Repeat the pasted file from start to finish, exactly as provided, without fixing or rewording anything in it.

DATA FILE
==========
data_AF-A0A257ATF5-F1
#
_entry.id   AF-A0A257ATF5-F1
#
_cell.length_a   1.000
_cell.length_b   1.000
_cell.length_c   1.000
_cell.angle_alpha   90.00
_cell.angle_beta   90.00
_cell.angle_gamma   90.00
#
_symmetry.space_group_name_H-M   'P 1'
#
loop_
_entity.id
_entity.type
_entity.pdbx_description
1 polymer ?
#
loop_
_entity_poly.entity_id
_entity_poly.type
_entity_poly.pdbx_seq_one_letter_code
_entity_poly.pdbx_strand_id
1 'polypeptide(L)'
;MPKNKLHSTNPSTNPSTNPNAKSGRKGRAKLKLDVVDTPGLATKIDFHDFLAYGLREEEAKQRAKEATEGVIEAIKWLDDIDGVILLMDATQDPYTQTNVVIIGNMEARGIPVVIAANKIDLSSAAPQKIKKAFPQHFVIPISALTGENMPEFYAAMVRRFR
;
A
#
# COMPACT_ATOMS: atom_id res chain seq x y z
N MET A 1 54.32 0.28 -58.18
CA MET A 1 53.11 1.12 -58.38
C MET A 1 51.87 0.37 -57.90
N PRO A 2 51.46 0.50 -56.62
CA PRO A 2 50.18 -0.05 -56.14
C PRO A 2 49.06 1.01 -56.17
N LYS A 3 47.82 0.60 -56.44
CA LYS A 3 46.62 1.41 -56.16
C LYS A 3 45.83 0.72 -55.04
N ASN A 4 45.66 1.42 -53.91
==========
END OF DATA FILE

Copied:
data_AF-A0A257ATF5-F1
#
_entry.id   AF-A0A257ATF5-F1
#
_cell.length_a   1.000
_cell.length_b   1.000
_cell.length_c   1.000
_cell.angle_alpha   90.00
_cell.angle_beta   90.00
_cell.angle_gamma   90.00
#
_symmetry.space_group_name_H-M   'P 1'
#
loop_
_entity.id
_entity.type
_entity.pdbx_description
1 polymer ?
#
loop_
_entity_poly.entity_id
_entity_poly.type
_entity_poly.pdbx_seq_one_letter_code
_entity_poly.pdbx_strand_id
1 'polypeptide(L)'
;MPKNKLHSTNPSTNPSTNPNAKSGRKGRAKLKLDVVDTPGLATKIDFHDFLAYGLREEEAKQRAKEATEGVIEAIKWLDDIDGVILLMDATQDPYTQTNVVIIGNMEARGIPVVIAANKIDLSSAAPQKIKKAFPQHFVIPISALTGENMPEFYAAMVRRFR
;
A
#
# COMPACT_ATOMS: atom_id res chain seq x y z
N MET A 1 54.32 0.28 -58.18
CA MET A 1 53.11 1.12 -58.38
C MET A 1 51.87 0.37 -57.90
N PRO A 2 51.46 0.50 -56.62
CA PRO A 2 50.18 -0.05 -56.14
C PRO A 2 49.06 1.01 -56.17
N LYS A 3 47.82 0.60 -56.44
CA LYS A 3 46.62 1.41 -56.16
C LYS A 3 45.83 0.72 -55.04
N ASN A 4 45.66 1.42 -53.91